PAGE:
The Bloody Tower was the scene for the infamous disappearance of the two princes; Edward V (12) and Richard Duke of York (10), who are thought to have been murdered in 1483 on the probable command of the Duke of Gloucestershire, who was to be crowned Richard the III. According to one story, guards in the late 15th century, who were passing the stair in the Bloody Tower, spotted the shadows of two small figures gliding down the stairs. These figures were identified as the ghosts of the two princes. In 1674 workmen found a chest that contained the skeletons of two young children, they were thought to be the remains of the princess, and were given a royal burial not long afterwards.
Ann Boleyn is said to be one of the most enduring ghosts of the Tower, she haunts the vicinity of the White Tower, the King’s House, Tower Green, and the chapel of St Peter ad Vincula, where her headless body was interred in an arrow case under the floor. She was executed in 1536, after Henry VIII had become tired of her.
In 1864 a sentry is said to have challenged a headless figure thought to be Ann Boleyn, his bayonet passed straight through her, and he fainted in shock. He was saved from court martial for being asleep at his post, on the word of other guards, who said they had witnessed a similar occurrence. In another account a Captain of the Guard is said to have seen a light source coming from within the locked empty Chapel Royal in the White Tower. He climbed a ladder to peer down into the chapel, and witnessed a procession of people in ancient dress, with an elegant woman walking in front of them. He recognised the slender figure as Ann Boleyn from portraits that he had seen.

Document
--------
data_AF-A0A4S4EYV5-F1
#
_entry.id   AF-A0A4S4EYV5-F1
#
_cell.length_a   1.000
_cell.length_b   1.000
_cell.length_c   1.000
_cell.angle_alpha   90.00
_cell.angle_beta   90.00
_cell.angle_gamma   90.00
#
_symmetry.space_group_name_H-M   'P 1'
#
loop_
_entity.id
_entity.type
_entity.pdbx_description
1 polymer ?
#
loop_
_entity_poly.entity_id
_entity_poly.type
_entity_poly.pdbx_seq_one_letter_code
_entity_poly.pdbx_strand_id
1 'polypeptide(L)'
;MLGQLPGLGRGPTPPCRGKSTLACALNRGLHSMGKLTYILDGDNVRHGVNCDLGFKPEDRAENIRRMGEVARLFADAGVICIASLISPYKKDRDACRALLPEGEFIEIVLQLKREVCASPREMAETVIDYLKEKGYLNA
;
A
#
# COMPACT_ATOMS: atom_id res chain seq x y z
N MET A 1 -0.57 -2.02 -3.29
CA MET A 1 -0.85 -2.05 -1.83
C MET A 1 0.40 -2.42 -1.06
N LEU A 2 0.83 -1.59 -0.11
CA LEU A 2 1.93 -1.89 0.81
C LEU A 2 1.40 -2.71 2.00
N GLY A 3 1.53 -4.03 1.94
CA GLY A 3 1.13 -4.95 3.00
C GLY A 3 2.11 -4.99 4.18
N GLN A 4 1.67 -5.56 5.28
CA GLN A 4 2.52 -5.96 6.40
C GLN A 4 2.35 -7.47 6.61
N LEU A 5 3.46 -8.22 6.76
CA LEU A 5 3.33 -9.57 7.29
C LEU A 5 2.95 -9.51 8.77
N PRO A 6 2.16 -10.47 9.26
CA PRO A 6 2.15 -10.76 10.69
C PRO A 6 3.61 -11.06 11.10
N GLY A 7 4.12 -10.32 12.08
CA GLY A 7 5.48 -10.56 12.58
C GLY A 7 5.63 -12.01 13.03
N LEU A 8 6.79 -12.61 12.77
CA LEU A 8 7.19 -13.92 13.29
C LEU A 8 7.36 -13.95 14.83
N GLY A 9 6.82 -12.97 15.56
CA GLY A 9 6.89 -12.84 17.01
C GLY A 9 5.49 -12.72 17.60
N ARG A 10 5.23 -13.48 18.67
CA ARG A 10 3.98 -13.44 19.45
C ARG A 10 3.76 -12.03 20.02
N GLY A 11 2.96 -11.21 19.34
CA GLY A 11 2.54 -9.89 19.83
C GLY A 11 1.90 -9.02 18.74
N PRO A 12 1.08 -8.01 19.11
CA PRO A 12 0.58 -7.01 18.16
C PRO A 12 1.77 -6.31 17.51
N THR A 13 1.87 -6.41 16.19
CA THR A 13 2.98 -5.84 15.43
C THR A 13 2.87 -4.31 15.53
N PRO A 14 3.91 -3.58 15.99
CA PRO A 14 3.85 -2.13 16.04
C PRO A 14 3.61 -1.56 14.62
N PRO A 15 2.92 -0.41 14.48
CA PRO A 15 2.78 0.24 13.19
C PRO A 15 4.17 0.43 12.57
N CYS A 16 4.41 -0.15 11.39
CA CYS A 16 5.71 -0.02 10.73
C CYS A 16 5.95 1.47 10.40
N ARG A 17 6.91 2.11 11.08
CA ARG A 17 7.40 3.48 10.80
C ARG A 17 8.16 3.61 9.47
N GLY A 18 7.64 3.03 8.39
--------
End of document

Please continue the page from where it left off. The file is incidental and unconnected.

Sir Walter Raleigh makes an appearance now and again, and has been seen as recently as 1983 by a Yeoman Guard on duty in the Byward Tower. The same apparition was also seen a year and a half later by a different sentry in the same area. Sir Walter is said to wander the tower as he did when he was imprisoned, he was not as restricted in movements as some of the other prisoners during his incarceration.
The bungled execution of Lady Salisbury is said to be enacted on Tower Green, on the anniversary of her execution in 1541. She ran from the block in hysterics with the axe man chasing behind her. She was finally felled with a number of heavy blows from behind, the whole bloody scene is said to be replayed in full.
Lady Jane Grey, the 9-day queen, is also said to appear on the anniversary of her death on the 12th February 1554. She has been seen on the Salts Tower, although it is difficult to reason how you would recognise one royal figure from the next.
Other ghostly traditions include the screams of Guy Fawkes echoing through the tower, as they did when he was tortured before being hung drawn and quartered, the ghost of Lord Northumberland who was executed in 1553, and various other apparitions and shades from its bloody history.
There are many more intriguing stories and legends about the tower, which we will explore at a later date.